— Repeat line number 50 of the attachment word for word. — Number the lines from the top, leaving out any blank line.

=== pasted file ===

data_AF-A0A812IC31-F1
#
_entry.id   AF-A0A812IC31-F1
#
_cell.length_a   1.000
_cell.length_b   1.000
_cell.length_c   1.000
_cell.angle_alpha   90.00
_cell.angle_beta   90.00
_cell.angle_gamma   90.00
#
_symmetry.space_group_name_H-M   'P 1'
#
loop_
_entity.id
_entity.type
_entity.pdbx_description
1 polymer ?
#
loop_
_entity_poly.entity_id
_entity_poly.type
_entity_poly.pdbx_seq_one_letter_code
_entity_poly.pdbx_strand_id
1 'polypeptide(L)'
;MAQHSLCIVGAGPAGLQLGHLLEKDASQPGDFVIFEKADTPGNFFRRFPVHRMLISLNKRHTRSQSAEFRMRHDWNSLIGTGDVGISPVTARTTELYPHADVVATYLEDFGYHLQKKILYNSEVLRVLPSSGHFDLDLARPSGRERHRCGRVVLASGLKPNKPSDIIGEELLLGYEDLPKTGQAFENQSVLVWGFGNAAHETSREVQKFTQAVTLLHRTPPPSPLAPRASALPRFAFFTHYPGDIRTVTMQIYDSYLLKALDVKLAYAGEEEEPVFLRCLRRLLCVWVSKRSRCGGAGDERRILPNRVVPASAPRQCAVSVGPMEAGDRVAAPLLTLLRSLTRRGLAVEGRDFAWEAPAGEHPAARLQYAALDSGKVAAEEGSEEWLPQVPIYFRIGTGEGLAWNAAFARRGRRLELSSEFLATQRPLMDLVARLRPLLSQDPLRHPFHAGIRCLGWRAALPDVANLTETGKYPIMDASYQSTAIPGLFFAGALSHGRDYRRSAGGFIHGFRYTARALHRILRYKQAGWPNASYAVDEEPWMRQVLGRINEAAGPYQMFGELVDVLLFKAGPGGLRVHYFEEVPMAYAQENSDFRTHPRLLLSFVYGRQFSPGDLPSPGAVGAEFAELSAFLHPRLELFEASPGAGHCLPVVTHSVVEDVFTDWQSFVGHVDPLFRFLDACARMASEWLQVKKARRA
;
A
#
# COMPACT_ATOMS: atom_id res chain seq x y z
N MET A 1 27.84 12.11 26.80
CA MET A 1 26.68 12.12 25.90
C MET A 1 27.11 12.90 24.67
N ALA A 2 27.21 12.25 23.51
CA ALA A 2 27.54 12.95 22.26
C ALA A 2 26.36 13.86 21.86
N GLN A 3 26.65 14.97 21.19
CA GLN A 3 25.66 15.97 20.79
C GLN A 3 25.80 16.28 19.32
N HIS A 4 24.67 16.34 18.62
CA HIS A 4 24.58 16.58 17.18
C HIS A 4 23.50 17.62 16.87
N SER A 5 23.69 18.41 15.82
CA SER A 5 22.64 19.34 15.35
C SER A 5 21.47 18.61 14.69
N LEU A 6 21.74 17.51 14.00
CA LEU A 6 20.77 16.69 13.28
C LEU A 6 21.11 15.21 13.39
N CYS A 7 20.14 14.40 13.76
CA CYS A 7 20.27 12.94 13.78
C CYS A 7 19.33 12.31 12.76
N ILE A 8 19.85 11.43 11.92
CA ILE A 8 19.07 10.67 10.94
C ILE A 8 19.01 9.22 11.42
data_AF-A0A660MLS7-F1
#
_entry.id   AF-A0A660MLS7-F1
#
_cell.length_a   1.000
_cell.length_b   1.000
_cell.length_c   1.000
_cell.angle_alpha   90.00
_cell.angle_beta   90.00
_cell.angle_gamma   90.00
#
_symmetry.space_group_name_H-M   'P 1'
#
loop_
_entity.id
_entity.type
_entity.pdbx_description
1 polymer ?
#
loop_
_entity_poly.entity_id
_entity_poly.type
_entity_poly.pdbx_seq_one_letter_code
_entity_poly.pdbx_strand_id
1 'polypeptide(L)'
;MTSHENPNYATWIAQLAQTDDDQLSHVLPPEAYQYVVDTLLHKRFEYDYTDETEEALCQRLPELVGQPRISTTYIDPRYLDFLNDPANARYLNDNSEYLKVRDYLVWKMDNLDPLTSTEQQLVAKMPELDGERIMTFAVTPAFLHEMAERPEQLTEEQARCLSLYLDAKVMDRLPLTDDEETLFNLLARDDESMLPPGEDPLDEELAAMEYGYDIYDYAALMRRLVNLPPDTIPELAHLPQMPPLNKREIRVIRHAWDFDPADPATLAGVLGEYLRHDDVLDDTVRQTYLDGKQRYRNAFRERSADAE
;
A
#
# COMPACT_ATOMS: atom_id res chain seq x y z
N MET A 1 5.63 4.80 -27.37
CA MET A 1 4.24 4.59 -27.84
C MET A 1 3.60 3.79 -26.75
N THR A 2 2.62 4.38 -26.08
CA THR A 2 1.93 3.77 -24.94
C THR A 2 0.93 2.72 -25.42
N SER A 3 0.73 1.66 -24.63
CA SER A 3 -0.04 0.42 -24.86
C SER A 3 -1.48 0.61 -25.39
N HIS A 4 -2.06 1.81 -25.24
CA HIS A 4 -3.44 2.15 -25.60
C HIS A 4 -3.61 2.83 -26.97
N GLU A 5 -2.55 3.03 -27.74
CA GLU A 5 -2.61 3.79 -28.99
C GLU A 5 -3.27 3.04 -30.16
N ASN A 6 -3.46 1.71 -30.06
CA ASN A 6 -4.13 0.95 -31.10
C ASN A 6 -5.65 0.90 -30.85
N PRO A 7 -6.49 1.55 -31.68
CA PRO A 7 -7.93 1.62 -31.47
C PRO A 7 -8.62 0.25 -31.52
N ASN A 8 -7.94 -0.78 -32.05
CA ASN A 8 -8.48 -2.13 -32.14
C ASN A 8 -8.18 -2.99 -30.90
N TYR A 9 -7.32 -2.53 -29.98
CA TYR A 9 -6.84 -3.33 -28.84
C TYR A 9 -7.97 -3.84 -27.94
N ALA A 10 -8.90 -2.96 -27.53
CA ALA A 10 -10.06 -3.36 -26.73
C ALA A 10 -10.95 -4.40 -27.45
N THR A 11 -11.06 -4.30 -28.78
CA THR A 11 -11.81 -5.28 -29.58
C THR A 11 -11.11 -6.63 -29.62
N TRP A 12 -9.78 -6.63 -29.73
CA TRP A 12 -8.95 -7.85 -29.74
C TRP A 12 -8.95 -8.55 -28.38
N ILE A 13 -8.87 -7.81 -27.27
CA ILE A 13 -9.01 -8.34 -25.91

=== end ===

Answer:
CA CYS A 7 20.27 12.94 13.78